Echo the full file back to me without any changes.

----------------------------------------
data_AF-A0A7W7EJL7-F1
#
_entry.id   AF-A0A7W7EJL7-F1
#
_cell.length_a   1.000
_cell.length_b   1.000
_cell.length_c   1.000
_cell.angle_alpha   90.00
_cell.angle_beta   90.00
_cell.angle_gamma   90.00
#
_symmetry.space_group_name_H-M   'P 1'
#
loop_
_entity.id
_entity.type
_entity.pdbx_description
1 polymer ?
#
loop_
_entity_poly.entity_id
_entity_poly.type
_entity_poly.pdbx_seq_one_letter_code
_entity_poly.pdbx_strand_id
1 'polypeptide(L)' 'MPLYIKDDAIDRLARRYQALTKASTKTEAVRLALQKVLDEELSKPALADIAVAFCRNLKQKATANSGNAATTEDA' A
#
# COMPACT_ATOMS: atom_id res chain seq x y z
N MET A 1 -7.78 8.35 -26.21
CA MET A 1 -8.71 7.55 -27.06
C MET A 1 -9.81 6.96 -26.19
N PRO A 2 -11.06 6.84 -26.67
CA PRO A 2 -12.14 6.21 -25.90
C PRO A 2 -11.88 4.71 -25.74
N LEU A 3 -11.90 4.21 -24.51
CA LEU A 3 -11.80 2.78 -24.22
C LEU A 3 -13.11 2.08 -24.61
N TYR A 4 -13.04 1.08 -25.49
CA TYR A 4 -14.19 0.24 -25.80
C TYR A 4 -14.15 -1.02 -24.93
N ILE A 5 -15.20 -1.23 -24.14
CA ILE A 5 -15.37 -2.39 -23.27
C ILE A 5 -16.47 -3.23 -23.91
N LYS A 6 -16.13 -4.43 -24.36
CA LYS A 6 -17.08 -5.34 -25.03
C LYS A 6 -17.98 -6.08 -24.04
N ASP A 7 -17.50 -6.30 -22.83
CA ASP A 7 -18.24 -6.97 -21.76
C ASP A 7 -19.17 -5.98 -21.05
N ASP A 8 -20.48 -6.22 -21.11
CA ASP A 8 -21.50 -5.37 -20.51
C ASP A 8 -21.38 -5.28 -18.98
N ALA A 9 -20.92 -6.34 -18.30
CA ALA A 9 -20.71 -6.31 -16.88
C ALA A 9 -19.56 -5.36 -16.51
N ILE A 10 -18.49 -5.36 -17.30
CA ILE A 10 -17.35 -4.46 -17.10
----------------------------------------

data_AF-A0A7W7EJL7-F1
#
_entry.id   AF-A0A7W7EJL7-F1
#
_cell.length_a   1.000
_cell.length_b   1.000
_cell.length_c   1.000
_cell.angle_alpha   90.00
_cell.angle_beta   90.00
_cell.angle_gamma   90.00
#
_symmetry.space_group_name_H-M   'P 1'
#
loop_
_entity.id
_entity.type
_entity.pdbx_description
1 polymer ?
#
loop_
_entity_poly.entity_id
_entity_poly.type
_entity_poly.pdbx_seq_one_letter_code
_entity_poly.pdbx_strand_id
1 'polypeptide(L)' 'MPLYIKDDAIDRLARRYQALTKASTKTEAVRLALQKVLDEELSKPALADIAVAFCRNLKQKATANSGNAATTEDA' A
#
# COMPACT_ATOMS: atom_id res chain seq x y z
N MET A 1 -7.78 8.35 -26.21
CA MET A 1 -8.71 7.55 -27.06
C MET A 1 -9.81 6.96 -26.19
N PRO A 2 -11.06 6.84 -26.67
CA PRO A 2 -12.14 6.21 -25.90
C PRO A 2 -11.88 4.71 -25.74
N LEU A 3 -11.90 4.21 -24.51
CA LEU A 3 -11.80 2.78 -24.22
C LEU A 3 -13.11 2.08 -24.61
N TYR A 4 -13.04 1.08 -25.49
CA TYR A 4 -14.19 0.24 -25.80
C TYR A 4 -14.15 -1.02 -24.93
N ILE A 5 -15.20 -1.23 -24.14
CA ILE A 5 -15.37 -2.39 -23.27
C ILE A 5 -16.47 -3.23 -23.91
N LYS A 6 -16.13 -4.43 -24.36
CA LYS A 6 -17.08 -5.34 -25.03
C LYS A 6 -17.98 -6.08 -24.04
N ASP A 7 -17.50 -6.30 -22.83
CA ASP A 7 -18.24 -6.97 -21.76
C ASP A 7 -19.17 -5.98 -21.05
N ASP A 8 -20.48 -6.22 -21.11
CA ASP A 8 -21.50 -5.37 -20.51
C ASP A 8 -21.38 -5.28 -18.98
N ALA A 9 -20.92 -6.34 -18.30
CA ALA A 9 -20.71 -6.31 -16.88
C ALA A 9 -19.56 -5.36 -16.51
N ILE A 10 -18.49 -5.36 -17.30
CA ILE A 10 -17.35 -4.46 -17.10